Business and Human Rights

Business and Human Rights

Edited by Wesley Cragg

Topics discussed include the debates leading to the creation of the ISO 26000 standard and the United Nations human rights framework for business entities, as well as the nature and limits of the human rights responsibilities of business, the roles and responsibilities of international trade bodies like the World Trade Organization in protecting human rights, and the implications of the current debate for international trade agreements and trade with China. The contributors also explore the effectiveness of voluntary human rights standards in the textile and clothing trade, mining, advertising and the pharmaceutical industries.

Chapter 6: Human rights and international trade: normative underpinnings

Alistair M. Macleod

Subjects: business and management, business leadership, corporate governance, economics and finance, corporate governance, law - academic, human rights, politics and public policy, human rights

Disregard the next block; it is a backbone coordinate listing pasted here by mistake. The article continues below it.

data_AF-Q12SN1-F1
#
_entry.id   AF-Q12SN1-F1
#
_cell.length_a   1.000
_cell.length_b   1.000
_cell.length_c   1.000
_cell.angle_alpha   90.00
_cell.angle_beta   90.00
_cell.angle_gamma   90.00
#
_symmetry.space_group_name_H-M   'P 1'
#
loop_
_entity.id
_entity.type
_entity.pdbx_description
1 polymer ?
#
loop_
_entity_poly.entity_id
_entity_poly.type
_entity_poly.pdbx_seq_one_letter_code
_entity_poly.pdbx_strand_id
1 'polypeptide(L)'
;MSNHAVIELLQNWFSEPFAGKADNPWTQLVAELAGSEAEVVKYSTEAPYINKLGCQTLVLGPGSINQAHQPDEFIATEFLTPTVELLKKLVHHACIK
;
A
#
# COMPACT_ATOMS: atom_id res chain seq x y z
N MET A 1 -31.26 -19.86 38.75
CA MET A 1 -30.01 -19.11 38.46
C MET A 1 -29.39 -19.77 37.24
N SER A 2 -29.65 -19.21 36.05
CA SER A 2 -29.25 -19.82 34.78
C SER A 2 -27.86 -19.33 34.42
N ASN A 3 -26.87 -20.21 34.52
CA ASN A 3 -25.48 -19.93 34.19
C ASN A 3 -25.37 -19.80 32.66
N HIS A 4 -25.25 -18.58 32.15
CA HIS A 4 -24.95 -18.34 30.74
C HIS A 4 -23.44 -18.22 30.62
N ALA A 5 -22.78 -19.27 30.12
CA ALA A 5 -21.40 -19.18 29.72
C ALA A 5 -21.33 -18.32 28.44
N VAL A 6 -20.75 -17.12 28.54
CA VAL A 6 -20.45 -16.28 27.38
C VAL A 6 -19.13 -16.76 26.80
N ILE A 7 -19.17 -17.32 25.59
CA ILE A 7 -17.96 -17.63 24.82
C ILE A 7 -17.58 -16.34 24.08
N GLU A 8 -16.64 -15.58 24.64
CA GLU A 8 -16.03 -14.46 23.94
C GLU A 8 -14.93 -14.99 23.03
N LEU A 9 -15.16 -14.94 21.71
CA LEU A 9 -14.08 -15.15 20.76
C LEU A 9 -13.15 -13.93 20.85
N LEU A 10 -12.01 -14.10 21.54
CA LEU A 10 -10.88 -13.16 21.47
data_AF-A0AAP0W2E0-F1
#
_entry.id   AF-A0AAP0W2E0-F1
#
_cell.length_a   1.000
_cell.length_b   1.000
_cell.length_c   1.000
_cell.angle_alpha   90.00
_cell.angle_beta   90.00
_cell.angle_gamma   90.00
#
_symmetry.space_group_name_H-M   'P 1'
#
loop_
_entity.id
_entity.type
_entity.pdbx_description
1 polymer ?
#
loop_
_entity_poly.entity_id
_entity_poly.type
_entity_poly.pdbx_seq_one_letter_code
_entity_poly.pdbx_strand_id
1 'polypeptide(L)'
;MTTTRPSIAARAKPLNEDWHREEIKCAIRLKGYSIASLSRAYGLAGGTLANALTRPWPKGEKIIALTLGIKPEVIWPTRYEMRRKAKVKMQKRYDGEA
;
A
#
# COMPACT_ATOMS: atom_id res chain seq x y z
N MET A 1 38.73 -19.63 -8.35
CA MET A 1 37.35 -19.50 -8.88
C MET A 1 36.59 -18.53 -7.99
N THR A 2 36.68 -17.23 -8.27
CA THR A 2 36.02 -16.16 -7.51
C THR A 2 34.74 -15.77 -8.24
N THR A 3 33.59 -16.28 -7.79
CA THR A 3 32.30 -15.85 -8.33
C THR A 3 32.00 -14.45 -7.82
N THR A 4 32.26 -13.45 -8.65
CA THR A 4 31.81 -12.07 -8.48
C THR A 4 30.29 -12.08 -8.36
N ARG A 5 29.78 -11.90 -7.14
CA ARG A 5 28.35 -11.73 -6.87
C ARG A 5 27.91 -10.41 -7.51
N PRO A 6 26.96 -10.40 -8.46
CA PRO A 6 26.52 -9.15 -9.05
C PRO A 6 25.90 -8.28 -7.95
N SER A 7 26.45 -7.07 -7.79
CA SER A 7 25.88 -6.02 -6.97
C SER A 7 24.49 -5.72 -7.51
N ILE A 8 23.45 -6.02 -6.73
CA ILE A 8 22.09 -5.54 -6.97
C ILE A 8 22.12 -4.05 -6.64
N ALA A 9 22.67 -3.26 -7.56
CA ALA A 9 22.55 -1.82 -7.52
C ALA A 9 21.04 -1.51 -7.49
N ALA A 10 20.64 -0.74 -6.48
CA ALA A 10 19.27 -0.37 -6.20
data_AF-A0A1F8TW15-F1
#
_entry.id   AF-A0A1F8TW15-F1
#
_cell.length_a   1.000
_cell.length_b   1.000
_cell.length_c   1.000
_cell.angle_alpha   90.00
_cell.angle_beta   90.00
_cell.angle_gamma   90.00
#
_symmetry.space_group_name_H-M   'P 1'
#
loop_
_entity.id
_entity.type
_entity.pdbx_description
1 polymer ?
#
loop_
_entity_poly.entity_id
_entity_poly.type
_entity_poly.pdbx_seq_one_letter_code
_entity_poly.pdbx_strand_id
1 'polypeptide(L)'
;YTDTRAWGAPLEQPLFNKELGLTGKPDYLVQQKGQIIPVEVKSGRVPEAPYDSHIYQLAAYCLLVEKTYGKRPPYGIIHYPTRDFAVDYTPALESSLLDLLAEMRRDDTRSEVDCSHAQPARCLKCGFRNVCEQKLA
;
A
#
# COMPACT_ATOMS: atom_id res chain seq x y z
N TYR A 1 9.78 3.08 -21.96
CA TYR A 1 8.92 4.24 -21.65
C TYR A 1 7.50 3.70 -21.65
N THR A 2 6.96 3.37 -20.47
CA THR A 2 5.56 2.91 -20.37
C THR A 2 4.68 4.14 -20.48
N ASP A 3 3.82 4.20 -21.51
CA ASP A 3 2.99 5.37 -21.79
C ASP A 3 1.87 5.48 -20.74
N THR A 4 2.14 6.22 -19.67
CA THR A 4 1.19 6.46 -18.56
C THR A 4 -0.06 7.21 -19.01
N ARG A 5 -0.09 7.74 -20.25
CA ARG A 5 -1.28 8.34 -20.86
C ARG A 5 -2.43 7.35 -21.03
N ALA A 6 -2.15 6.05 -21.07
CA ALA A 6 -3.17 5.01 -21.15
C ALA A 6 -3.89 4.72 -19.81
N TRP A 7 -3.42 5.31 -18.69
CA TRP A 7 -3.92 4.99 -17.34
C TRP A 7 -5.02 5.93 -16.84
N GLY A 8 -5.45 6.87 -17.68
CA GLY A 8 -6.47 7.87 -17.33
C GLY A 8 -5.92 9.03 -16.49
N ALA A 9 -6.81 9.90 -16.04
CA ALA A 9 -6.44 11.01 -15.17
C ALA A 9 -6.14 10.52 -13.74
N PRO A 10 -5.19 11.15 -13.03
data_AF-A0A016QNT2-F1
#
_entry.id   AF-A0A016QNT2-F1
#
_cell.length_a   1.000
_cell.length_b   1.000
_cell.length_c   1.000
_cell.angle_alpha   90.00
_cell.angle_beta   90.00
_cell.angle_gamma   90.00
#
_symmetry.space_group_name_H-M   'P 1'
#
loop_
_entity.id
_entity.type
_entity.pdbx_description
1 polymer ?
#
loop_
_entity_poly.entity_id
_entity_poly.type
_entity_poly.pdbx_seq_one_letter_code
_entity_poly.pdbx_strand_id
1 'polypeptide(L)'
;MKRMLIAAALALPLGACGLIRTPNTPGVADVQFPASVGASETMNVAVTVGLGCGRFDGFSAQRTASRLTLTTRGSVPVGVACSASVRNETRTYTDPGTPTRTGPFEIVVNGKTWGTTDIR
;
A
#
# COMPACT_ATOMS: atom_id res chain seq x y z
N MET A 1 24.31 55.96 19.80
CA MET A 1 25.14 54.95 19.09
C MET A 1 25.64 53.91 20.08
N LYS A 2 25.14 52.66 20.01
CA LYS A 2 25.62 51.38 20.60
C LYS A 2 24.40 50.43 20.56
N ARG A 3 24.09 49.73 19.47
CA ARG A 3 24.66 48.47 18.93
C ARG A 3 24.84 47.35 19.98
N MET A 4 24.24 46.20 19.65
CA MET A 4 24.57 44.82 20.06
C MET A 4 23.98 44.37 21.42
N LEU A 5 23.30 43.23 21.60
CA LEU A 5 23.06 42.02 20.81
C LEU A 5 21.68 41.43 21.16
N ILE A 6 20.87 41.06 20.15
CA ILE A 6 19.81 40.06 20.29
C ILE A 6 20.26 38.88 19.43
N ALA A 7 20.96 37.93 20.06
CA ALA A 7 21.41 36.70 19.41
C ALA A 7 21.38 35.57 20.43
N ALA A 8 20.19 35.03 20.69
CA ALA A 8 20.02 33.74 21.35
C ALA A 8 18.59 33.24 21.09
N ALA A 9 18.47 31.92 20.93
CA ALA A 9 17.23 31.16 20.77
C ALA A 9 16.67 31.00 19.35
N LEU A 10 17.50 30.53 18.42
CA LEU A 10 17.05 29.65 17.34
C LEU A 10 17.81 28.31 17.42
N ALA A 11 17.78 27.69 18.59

In the period following the Second World War, a number of important steps were taken to forge international agreements both to foster international trade and to protect human rights. Thus, in 1947 The General Agreement on Tariffs and Trade (GATT) was adopted, and in 1948 there was worldwide endorsement of The Universal Declaration of Human Rights. These decisions–together with (in the economic domain) the establishment of the International Monetary Fund (IMF), the World Bank and (more recently) the World Trade Organization (WTO), and (in the political domain) the elaboration in more detail of a doctrine of human rights in such documents as The Covenant on Civil and Political Rights (1966) and The Covenant on Economic, Social and Cultural Rights (1966)–have contributed to ‘trade liberalization’ going hand in hand with protection of human rights during much of the past half century or so. However, the relationships that have been taking shape to regulate global economic and political conduct both between the various international institutions that have evolved and between the branches of international law that have developed have been marked by some not insignificant tensions, mainly in the area of the ‘structural adjustment’ policies demanded by the IMF. For example, these tensions have made it necessary for special steps to be taken (a) to support agriculture on a sustainable basis; (b) to assist the rural poor; and (c) to create safety nets and job-retraining programs for low-skilled workers in developed countries. Efforts have of course been made from time to time both to mitigate these tensions and to develop ‘linkages’ between trade regulation arrangements and arrangements for the protection of human rights. For example, United Nations embargoes have been imposed on countries in which human rights were being grossly violated (a notable example being the embargo on trade with apartheid South Africa).

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